Just as vaccination drives are picking up steam across Canada, deadlier and possibly more transmissible COVID-19 variants are spiking up infection rates among Canadians.
“It’s very concerning,” Dr. Susy Hota, medical director of infection prevention and control at University Health Network, Toronto told Global News Wednesday.
The “impact of transmission” when it comes to the variants of concern (VOC) is “far greater,” she said, adding that we need more than just ramped-up vaccination efforts to combat the super spreaders.
Does that mean we are looking at another nationwide lockdown? It’s possible, said Dr. Hota.
“We are looking at some pretty frightening times in the healthcare system, even if we have a strict lockdown in place starting today,” she said.
What we need now are “stricter public health measures and social distancing rules,” Dr. Hota added.
In Ontario alone, 67 per cent of all COVID-19 infections are dominated by the VOC, with B.1.1.7 being the most prevalent, she said.
“Hospitalizations are up by 20 per cent and ICU occupancy is up by 28 per cent in Ontario. We are seeing the impacts on the hospital sector more strongly with these VOCs than it was previously,” she said.
It’s of utmost importance now more than ever that we refrain from socializing, she added.
The ICUs in Ontario are “at the highest census of COVID-19 positive patients right now; higher than we have ever seen,” she said, adding, “I cannot stress enough on the importance of following public health guidelines and staying home.”
“We are hitting the threshold where we won’t have enough people to care for patients.”
Dr. Hota also emphasized on the need to vaccinate essential workers and younger Canadians as an important measure to curb the spread of variants.
“We have to target essential workers, more exposed individuals,” she said.
“While our approach to rolling out vaccination for the older and most vulnerable is correct, we also have to vaccinate the age groups that are being more infected by the variants, which of late, has been younger people,” she said.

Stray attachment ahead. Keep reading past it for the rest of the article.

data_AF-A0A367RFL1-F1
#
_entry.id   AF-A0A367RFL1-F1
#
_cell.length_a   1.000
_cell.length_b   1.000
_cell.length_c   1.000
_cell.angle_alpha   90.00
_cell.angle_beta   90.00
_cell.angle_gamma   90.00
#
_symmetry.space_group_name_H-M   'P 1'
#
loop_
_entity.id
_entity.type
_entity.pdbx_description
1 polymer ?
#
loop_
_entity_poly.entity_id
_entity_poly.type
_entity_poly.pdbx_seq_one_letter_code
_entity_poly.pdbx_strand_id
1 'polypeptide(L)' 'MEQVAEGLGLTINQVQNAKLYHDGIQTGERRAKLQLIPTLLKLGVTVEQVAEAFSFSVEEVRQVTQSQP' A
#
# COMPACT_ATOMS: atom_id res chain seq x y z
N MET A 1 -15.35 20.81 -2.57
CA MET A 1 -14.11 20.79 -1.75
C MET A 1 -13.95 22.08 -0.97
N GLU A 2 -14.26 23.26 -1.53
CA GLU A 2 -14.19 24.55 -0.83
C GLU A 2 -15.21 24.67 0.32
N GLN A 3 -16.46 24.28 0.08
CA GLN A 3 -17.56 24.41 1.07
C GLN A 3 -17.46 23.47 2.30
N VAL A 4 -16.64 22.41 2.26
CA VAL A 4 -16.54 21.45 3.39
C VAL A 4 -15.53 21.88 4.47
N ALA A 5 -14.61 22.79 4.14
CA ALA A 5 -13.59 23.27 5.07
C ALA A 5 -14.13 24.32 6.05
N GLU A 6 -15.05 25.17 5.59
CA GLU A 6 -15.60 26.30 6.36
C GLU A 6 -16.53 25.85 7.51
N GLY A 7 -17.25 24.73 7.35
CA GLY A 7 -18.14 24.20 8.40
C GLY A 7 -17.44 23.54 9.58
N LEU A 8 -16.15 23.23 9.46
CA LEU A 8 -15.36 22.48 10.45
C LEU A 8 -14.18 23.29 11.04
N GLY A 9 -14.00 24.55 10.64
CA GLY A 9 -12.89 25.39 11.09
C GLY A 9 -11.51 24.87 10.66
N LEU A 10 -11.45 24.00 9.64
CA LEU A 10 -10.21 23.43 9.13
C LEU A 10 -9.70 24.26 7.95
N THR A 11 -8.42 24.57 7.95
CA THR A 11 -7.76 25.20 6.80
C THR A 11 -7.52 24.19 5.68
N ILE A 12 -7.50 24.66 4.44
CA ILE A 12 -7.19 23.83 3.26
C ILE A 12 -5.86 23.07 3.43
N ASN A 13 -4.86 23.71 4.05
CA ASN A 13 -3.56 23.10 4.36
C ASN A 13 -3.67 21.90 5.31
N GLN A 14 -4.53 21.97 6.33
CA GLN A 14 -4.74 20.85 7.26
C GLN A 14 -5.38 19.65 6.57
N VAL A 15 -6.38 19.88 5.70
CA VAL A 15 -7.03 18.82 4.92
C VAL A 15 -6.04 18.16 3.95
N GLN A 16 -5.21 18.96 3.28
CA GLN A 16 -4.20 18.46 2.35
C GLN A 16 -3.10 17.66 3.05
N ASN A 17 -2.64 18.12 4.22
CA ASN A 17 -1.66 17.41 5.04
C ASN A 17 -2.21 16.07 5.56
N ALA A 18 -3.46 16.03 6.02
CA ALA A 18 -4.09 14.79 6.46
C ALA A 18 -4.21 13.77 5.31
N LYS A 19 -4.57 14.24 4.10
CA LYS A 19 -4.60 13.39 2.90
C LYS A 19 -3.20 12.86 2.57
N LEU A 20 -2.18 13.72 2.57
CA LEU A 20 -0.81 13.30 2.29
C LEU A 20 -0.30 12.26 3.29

As of Tuesday, Canada saw a a total of 10,233 variant of concern (VOC) cases reported across all provinces, including 9,461 involving B.1.1.7 variants, 467 P.1 variants and 305 B.1.351 variants, according to a statement released Wednesday by Canada’s top doctor Theresa Tam.
Several provinces are introducing fresh efforts to curb the spread. Alberta, for instance, is screening every COVID-19-positive case for variants and reporting a variant of concern case “without waiting for full sequencing if the screening identifies characteristic mutations,” a spokesperson for Alberta Health told Global News in an emailed statement Wednesday.
“Unlike other provinces, this means that the vast majority of VOCs are reported immediately, with only a small number needing to follow up testing for confirmation,” the statement said.
In an email to Global News, a spokesperson for the British Columbia Health Services Authority, said the majority of samples it receives are screened for the variants of concern.The agency said the screening to detect the variants “takes about 24 (hours) at present.”